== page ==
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Little-known Spanish talent to design 2015 Serpentine Pavilion

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Little-known, Madrid-based practice SelgasCano has been chosen by the Serpentine Gallery to design next year’s summer pavilion

The ‘playful’ outfit, founded by José Selgas and Lucía Cano in 2008, will become the first Spanish architect to draw up plans for the temporary structure outside the gallery in London’s Kensington Gardens.

The flexible, multi-purpose space will also be the award-winning studio’s first new structure in the UK - though it has had work shown at the Design Museum in London and recently completed the fit-out of a creative workspace, Second Home, in Shoreditch. Designs for the pavilion are not expected to be unveiled until February next year (2015).

It is the third year in a row that the gallery, headed by Julia Peyton-Jones and her co-director Hans Ulrich Obrist, has appointed a less well-known designer for its annual architectural centrepiece.

This summer the Serpentine turned to rising Chilean star Smiljan Radic, who created a pebble-like sanctuary, and in 2013 up-and-coming Japanese talent Sou Fujimoto built a giant lattice of poles forming an ‘architectural landscape’ on the gallery’s lawn.

Since the programme began in 2000, the coveted commission has been awarded to a raft of architectural Titans such as Zaha Hadid, Rem Koolhaas, Jean Nouvel, Peter Zumthor, Herzog & de Meuron and Frank Gehry.

Speaking about SelgasCano’s appointment, Peyton-Jones and Obrist said: ‘They are architects for our time who offer a tantalising vision of the future.

‘Their innovative use of materials, bold application of colour, informed by playfulness and a passion for nature ensures that next summer’s pavilion will be very exciting.

‘They are the perfect choice to celebrate the pavilion’s 15th anniversary’.

According to the gallery SelgasCano’s previous work, including the ‘amorphous’ Plasencia Auditorium and Congress Centre in Cáceres, the ‘playful floating shapes’ of its Merida Factory Youth Movement and even the practice’s own subterranean offices, ‘offer clues as to the direction’ of the architects’ proposed pavilion.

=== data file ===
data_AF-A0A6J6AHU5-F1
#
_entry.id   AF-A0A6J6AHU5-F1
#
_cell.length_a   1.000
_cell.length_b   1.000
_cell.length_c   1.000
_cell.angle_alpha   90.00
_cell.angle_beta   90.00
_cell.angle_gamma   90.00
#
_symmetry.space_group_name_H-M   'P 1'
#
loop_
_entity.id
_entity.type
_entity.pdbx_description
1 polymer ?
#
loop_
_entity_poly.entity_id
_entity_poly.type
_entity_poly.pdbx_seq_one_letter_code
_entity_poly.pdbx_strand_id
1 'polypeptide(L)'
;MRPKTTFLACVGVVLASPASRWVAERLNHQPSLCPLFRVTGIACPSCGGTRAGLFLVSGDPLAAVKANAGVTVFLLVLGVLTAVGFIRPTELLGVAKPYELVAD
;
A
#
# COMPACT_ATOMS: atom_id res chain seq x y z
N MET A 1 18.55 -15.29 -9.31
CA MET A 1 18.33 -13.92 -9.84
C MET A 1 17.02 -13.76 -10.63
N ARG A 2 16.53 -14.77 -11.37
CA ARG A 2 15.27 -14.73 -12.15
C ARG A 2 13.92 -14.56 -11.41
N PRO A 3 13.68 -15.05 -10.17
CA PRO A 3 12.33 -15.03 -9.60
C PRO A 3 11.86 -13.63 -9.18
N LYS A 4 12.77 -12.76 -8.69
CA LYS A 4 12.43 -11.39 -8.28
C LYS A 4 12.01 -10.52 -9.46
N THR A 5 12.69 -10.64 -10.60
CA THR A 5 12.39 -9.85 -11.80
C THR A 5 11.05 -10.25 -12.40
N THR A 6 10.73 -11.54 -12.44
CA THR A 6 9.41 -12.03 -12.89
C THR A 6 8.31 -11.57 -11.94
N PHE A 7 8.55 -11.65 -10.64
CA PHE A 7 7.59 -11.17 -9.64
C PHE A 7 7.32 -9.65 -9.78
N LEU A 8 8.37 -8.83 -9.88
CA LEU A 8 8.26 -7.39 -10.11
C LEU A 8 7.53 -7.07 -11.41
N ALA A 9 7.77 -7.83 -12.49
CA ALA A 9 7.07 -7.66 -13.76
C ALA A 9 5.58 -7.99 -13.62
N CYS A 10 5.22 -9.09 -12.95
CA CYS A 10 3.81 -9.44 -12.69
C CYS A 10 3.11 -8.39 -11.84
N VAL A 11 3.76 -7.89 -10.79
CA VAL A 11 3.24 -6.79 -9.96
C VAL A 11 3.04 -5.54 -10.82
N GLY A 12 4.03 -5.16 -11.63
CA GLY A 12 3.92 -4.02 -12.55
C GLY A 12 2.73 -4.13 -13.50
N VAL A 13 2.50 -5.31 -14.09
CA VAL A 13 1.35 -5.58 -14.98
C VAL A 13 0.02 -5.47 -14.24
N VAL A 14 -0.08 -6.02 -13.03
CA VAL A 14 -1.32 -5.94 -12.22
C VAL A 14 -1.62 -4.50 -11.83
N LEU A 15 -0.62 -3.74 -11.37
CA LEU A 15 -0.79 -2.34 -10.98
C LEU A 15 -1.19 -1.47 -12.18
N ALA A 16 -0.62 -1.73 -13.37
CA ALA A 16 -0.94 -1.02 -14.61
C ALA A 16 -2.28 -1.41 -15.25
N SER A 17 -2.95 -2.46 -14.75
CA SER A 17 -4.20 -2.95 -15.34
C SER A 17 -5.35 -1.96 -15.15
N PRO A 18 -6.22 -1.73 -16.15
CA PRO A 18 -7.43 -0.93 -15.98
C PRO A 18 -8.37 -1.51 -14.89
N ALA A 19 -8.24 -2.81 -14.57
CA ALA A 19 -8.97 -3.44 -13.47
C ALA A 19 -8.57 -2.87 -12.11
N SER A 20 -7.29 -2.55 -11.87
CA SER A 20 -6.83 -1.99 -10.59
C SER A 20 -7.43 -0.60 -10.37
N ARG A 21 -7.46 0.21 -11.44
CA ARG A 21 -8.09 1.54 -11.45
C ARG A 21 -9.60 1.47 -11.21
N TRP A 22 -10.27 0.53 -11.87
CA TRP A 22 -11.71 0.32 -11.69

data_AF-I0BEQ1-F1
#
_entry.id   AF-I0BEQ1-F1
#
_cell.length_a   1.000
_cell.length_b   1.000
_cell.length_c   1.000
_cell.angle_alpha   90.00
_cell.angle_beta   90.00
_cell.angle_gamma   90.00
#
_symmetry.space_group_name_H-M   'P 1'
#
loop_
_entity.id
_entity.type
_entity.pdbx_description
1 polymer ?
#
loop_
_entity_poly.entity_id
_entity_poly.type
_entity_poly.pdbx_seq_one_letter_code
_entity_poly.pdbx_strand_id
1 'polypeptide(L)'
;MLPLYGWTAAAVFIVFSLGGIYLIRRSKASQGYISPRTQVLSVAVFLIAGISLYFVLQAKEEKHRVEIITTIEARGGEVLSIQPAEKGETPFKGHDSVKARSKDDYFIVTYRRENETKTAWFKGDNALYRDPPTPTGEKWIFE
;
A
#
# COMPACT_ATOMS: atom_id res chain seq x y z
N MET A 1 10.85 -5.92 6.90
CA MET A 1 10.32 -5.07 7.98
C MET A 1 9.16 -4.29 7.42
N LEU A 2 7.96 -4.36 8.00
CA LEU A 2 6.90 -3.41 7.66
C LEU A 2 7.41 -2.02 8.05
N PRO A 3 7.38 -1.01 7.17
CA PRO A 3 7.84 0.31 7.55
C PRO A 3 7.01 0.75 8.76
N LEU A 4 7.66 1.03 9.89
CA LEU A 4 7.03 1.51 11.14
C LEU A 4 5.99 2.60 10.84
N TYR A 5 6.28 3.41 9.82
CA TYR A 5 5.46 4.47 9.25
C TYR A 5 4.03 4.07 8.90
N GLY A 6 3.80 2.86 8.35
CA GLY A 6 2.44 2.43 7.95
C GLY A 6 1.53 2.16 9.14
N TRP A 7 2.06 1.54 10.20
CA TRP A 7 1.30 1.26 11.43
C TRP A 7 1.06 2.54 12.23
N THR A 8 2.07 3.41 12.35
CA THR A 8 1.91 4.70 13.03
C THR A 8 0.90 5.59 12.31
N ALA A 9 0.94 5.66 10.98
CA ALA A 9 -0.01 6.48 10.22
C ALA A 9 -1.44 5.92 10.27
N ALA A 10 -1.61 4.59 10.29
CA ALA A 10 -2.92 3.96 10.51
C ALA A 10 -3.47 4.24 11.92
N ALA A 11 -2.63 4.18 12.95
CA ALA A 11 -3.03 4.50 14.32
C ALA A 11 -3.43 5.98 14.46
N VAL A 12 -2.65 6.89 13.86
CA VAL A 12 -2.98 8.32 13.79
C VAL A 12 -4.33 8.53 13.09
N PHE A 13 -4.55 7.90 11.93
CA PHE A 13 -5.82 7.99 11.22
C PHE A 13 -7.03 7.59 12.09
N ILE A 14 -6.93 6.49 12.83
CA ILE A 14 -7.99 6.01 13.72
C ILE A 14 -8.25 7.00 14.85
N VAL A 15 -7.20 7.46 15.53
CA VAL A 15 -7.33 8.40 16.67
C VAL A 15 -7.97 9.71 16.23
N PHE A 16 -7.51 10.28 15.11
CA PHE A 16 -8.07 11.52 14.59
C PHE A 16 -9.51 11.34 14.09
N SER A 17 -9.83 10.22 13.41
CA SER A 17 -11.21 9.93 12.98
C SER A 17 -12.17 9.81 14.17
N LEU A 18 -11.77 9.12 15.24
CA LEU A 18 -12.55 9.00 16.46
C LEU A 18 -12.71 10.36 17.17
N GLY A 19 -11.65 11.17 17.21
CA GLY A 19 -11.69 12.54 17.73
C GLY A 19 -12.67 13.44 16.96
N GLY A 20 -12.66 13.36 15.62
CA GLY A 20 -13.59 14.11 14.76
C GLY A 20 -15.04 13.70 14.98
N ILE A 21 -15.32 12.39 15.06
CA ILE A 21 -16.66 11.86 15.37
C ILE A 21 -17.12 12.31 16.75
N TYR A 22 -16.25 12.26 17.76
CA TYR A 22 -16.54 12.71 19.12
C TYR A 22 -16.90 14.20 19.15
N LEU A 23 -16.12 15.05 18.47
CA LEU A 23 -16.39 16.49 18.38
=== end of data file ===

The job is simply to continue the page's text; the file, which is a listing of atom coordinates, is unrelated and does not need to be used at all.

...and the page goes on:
Outside of Spain the firm is working on a number of schemes in Los Angeles as well as the renovation of Texas Square in Oranjestad, Aruba, Lesser Antilles.

In a joint statement, the practice’s co-founders described the commission as an ‘amazing and unique opportunity’.

They said: ‘Both aspects, garden and London, are very important for us in the development of this project.

We are going to use only one material

‘We are going to use only one material as a canvas for both. That material has to be explored in all its structural possibilities, avoiding any other secondary material that supports it and the most advanced technologies will be needed to be employed to accomplish that transparency.

‘A good definition for the pavilion can be taken from JM Barrie: it aims to be as a Betwixt-and-Between.’

AECOM, in collaboration with David Glover, will again provide engineering and technical design services.

Selgascano's own office

Source: Iwan Baan

SelgasCano’s own office

Previous pavilion designers

2014 Smiljan Radic

2013 Sou Fujimoto

2012 Herzog & de Meuron and Ai Weiwei

2011 Peter Zumthor

2010 Jean Nouvel

2009 Kazuyo Sejima and Ryue Nishizawa, SANAA

2008 Frank Gehry

2007 Olafur Eliasson and Kjetil Thorsen

2006 Rem Koolhaas and Cecil Balmond, Arup

2005 Álvaro Siza and Eduardo Souto de Moura with Cecil Balmond, Arup

2004 MVRDV with Arup (un-realised)

2003 Oscar Niemeyer

2002 Toyo Ito and Cecil Balmond with Arup

2001 Daniel Libeskind with Arup

2000 Zaha Hadid

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Readers' comments (2)

  • It has been 15 years since a UK architect designed the pavilion! WHY? How about a little known UK practice!

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  • Little-known???
    http://www.archdaily.com/341368/archdaily-5-the-20-most-visited-projects-of-all-time/

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